The Fighting Irish had plenty of internal issues, including a mid-game quarterback switch during one of the delays, but USF showed up unintimidated and prepared. Holtz seemed excited about his defense heading into the season, and Saturday's performance legitimized his sentiments. The Bulls defense forced five Irish turnovers, and found a way to turn them into enough of a lead to secure a huge confidence-booster for a program looking to break through to the elite. Next for the Bulls will be three more non-conference games before kicking off the conference schedule with one of the most difficult challenges on the slate: a road test against Pittsburgh

4.) What the Dana Holgorsen era looks like at West Virginia. We will find this one out Sunday afternoon when the Mountaineers face in-state rival Marshall. Kickoff at 3:30 p.m., check back after the game because this is something we definitely want to learn.
Posted on: August 31, 2011 4:40 pm
Edited on: August 31, 2011 4:46 pm
 

Panthers' defense getting notes from Steelers DC

Posted by Chip Patterson

Pittsburgh has adapted the "high octane" moniker of new head coach Todd Graham, who is well-known for his no-huddle hurry-up offenses. But throughout the fall camp Graham and defensive coordinator Keith Patterson have insisted that the offense won't be the only high-octane aspect of the Panthers this season.

Patterson is installing a new 3-4 defense that will utilize a fourth "Panther linebacker" at times - a hybrid between a defensive end and outside linebacker. Pittsburgh will show all kinds of movement and different looks before the snap with their four linebackers, and use zone blitzes to try and throw off opposing quarterbacks. Patterson told the Pittsburgh Post-Gazette about reaching out to one of the best zone blitz minds in the game of football this offseason.

Luckily, the Panthers' defensive coordinator didn't have to go far for advice.

Patterson said he sat down with the current Pittsburgh Steelers' defensive coordinator, the legendary Dick LeBeau, several times this offseason to learn even more about the defense he was preparing to install in fall camp.

"To have the opportunity to sit with him and ask him questions, was really special," Patterson explained. "And some of the things he said reaffirmed what we were doing and some showed me we were missing the boat.

"But the little attention to details of it was amazing. Anyone can run a certain blitz or pressure, but he spoke of the intricacies, the details, some techniques or an alignment, and that is where he really helped us. So I am going to continue to rely on him as resource, and he's the best guy in the business at what he does, so that's huge for us."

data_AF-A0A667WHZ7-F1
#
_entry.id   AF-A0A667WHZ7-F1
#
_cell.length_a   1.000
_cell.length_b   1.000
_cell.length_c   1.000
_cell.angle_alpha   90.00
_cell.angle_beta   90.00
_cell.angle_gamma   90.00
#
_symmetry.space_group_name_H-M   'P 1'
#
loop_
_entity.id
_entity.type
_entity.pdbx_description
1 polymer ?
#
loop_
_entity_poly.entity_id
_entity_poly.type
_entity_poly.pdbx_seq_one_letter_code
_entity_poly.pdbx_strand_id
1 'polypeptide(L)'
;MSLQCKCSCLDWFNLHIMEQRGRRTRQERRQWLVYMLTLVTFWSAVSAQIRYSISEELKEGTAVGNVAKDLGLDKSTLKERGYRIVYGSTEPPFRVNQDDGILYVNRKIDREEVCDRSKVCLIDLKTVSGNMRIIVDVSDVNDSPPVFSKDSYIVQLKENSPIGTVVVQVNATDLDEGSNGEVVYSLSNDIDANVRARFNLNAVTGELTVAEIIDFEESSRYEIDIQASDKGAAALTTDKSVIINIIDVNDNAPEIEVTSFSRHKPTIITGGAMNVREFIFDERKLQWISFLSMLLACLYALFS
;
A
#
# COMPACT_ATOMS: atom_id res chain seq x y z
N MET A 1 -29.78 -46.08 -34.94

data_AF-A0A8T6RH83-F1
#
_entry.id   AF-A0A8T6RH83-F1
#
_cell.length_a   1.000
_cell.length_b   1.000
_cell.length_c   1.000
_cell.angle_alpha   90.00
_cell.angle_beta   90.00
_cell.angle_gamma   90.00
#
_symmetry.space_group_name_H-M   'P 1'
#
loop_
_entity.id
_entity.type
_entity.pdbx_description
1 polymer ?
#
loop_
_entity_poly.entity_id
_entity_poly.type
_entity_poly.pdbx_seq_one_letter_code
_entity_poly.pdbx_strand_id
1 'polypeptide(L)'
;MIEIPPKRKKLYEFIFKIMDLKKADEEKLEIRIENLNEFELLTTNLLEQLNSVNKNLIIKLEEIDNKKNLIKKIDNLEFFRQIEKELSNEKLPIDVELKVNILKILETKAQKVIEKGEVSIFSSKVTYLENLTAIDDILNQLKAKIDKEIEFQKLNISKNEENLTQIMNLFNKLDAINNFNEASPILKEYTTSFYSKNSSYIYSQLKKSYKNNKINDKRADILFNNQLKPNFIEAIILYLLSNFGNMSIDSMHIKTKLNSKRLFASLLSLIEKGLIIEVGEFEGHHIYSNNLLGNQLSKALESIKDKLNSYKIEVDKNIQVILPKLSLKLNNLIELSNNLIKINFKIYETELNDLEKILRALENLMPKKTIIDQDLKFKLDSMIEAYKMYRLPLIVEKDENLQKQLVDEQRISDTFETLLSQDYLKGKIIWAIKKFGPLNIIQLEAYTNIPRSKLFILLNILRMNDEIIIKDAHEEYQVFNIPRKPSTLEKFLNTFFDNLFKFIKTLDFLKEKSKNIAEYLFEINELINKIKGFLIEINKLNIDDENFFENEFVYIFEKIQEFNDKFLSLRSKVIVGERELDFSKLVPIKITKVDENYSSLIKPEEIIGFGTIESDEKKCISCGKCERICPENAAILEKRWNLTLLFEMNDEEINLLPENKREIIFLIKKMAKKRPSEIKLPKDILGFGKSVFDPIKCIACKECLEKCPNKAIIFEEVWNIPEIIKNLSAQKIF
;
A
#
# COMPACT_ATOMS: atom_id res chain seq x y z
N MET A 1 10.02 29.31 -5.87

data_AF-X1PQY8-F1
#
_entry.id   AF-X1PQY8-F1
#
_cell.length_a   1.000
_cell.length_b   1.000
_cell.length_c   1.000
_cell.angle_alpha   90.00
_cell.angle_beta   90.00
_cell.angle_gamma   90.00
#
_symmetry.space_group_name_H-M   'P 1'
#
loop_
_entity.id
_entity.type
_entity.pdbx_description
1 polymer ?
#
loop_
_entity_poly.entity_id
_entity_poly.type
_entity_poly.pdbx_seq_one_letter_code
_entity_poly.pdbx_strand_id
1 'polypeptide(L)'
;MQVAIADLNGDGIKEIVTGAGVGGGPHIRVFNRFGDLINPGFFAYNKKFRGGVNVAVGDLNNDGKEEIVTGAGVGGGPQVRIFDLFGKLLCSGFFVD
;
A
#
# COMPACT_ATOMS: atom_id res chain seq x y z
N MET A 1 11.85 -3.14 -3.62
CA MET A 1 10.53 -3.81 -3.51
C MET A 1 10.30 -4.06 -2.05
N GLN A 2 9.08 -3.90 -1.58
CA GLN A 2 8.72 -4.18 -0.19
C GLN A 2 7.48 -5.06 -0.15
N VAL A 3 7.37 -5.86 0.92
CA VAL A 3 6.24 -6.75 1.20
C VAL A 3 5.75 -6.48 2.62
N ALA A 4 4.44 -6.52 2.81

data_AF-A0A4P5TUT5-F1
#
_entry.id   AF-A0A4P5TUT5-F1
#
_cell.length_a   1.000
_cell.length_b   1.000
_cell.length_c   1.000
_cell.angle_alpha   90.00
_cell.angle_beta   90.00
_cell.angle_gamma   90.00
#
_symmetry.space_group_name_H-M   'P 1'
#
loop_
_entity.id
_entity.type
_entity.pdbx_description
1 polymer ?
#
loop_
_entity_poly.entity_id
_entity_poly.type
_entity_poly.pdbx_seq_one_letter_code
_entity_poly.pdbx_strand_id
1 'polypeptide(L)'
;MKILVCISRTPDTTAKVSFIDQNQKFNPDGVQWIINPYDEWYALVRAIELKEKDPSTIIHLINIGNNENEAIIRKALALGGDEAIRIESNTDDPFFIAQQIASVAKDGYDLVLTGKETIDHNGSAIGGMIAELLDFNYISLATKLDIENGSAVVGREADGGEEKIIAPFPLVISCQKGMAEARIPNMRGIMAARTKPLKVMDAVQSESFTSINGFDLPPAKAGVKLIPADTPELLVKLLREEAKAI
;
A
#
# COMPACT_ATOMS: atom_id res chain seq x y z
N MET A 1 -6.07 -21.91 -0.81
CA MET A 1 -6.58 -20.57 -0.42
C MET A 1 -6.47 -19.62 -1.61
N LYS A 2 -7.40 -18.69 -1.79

Best in the business is right. In 2010 the AFC Champion Steeler defense gave up fewer points and the second-fewest yards of anyone in the NFL. Outside linebackers James Harrison and LaMarr Woodley terrorized quarterbacks and combined for 20.5 sacks on the season. There has been talk that defensive end Brandon Lindsey will move to that Panther linebacker position in some packages, unleashing the defensive end who totaled 10 sacks (2nd in the Big East) in 2010.

Expecting Steelers-esque performance from the start is asking a bit much from the Panthers, but there is no doubt that Keith Patterson is using a good model for his new scheme. Pittsburgh has been picked to finish right near the top of the conference, likely battling Backyard Brawl Rival West Virginia for the title once again. Their campaign kicks off Saturday when they play host to Buffalo at 6 p.m..
Posted on: August 18, 2011 6:33 pm
Edited on: August 20, 2011 8:58 pm
 

PODCAST: Big East season preview

Posted by Chip Patterson

The Big East gets criticized often on the national level for being the one of the weaker BCS conferences, but with new coaches and high-octane offenses 2011 could be a bounce back year for the league. I join Adam Aizer to sort through the many story lines in the Big East and try to make sense of a league that has had 5 different teams win a share of the conference championship since 2005.

Subscribe to the CBSSports.com College Football Podcast on iTunes

If you are having trouble seeing the player, you can download the MP3 HERE

Posted on: August 17, 2011 2:30 pm
Edited on: August 17, 2011 2:42 pm
 

CBSSports.com Preseason All-Big East Team

Posted by Chip Patterson

As part of CBSSports.com's season preview, we offer this blogger's selections for the Preseason All-Big East Team.

Offense


QUARTERBACK

Zach Collaros, Sr., Cincinnati - Even with a questionable knee and even more questionable offensive line, Colarros led the Big East in in passing yards (2,902 yards) last season. The talented quarterback who first broke out as a backup to Tony Pike enters the season looking to bounce back from last year's dismal 4-8 record. The senior signal-caller is armed with a stable of skill position players (you will find many of them below on this team) and looking to return the Bearcats to the postseason after missing a bowl for the first time since 2005. He was a unanimous All-Big East first team selection a year ago and still remains atop this list until someone shows him up.